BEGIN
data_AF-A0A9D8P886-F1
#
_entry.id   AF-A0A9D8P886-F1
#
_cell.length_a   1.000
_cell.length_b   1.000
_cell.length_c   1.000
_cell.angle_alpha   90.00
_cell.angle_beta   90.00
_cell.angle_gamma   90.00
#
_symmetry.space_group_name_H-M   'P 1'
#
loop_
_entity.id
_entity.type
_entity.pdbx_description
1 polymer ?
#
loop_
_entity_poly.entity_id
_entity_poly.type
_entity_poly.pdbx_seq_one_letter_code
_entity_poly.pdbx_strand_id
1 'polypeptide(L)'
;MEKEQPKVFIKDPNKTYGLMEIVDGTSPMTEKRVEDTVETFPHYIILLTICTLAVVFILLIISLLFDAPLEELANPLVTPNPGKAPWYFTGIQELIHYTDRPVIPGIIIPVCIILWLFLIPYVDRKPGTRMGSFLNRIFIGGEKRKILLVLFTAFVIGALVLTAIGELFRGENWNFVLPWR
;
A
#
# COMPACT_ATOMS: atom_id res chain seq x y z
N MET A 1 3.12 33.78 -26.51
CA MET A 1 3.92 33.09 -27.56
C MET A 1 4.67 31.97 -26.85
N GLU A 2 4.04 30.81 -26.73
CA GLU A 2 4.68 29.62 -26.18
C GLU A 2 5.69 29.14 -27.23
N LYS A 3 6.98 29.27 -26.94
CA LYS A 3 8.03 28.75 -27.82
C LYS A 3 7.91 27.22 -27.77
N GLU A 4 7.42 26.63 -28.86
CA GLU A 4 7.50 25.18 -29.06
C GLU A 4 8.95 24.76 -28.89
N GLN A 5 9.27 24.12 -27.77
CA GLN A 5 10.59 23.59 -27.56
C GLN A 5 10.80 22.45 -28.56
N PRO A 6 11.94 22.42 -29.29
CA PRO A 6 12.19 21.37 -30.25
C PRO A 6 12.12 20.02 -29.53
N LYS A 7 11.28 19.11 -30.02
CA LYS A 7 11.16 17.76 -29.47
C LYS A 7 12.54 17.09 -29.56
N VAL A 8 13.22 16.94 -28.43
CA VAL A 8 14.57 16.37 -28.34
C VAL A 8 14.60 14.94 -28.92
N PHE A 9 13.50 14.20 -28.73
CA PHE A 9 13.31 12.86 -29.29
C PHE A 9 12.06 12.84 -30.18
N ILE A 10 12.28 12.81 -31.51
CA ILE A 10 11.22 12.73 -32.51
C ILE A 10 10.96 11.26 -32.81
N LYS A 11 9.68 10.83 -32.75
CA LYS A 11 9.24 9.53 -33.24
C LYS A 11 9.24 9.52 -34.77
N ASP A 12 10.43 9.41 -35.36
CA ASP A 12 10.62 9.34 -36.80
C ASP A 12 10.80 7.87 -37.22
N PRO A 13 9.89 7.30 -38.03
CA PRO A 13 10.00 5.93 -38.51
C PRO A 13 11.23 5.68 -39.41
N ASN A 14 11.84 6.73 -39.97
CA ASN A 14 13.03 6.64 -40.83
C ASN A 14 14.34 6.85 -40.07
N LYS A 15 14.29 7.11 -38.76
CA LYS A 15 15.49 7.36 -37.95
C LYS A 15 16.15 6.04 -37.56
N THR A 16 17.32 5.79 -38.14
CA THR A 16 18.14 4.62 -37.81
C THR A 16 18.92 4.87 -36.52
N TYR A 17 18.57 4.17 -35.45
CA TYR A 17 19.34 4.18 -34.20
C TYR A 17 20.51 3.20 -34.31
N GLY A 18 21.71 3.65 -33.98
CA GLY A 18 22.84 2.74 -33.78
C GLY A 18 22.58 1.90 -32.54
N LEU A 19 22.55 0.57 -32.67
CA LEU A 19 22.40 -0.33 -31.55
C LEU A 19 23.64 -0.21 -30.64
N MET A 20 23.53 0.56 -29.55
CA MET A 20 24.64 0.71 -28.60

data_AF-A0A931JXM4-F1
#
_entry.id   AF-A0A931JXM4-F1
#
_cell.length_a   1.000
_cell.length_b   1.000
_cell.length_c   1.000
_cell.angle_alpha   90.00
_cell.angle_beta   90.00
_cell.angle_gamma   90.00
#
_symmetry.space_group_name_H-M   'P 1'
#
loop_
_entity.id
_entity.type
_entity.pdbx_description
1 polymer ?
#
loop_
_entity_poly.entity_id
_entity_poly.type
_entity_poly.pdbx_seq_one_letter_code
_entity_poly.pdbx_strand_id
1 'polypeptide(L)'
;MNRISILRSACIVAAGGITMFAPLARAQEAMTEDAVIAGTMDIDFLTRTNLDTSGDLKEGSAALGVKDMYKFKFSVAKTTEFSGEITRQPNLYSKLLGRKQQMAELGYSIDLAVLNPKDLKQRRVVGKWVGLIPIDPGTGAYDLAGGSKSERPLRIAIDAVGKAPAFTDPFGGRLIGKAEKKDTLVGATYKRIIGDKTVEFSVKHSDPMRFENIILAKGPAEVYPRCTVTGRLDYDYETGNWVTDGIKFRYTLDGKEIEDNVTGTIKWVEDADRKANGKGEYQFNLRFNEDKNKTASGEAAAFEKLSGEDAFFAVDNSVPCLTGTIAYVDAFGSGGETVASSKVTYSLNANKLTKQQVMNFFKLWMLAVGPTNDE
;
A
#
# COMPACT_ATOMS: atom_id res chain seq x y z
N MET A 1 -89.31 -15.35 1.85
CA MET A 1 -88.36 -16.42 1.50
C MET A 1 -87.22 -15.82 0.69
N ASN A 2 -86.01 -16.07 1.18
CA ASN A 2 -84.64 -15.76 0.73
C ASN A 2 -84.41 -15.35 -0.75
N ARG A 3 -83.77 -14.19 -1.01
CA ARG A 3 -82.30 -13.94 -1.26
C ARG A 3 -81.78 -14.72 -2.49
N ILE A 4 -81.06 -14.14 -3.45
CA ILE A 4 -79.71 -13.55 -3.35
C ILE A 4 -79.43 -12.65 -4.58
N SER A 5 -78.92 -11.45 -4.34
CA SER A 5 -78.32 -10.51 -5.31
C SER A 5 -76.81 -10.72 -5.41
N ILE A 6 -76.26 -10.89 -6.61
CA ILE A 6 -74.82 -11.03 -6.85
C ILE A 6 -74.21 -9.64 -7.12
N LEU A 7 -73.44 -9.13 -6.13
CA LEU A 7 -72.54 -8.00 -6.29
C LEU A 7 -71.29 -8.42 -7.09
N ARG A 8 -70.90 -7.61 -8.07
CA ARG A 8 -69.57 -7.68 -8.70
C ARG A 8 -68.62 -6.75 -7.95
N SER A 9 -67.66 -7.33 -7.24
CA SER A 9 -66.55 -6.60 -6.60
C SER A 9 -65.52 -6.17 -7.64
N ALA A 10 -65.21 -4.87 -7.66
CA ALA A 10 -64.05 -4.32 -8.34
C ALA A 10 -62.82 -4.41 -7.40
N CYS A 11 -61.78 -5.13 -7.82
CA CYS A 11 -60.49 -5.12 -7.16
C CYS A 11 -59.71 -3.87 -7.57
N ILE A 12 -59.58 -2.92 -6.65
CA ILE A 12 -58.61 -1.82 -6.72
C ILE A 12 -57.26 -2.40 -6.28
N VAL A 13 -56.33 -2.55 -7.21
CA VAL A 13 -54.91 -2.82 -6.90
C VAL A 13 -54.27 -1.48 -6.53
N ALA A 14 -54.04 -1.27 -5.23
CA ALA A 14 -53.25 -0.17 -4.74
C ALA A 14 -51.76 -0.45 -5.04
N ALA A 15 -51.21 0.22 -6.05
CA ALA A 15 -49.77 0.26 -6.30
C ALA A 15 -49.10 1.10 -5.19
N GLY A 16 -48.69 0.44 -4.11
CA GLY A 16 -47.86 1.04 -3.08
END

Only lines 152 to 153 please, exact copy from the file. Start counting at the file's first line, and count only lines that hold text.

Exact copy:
C CYS A 11 -59.71 -3.87 -7.57
N ILE A 12 -59.58 -2.92 -6.65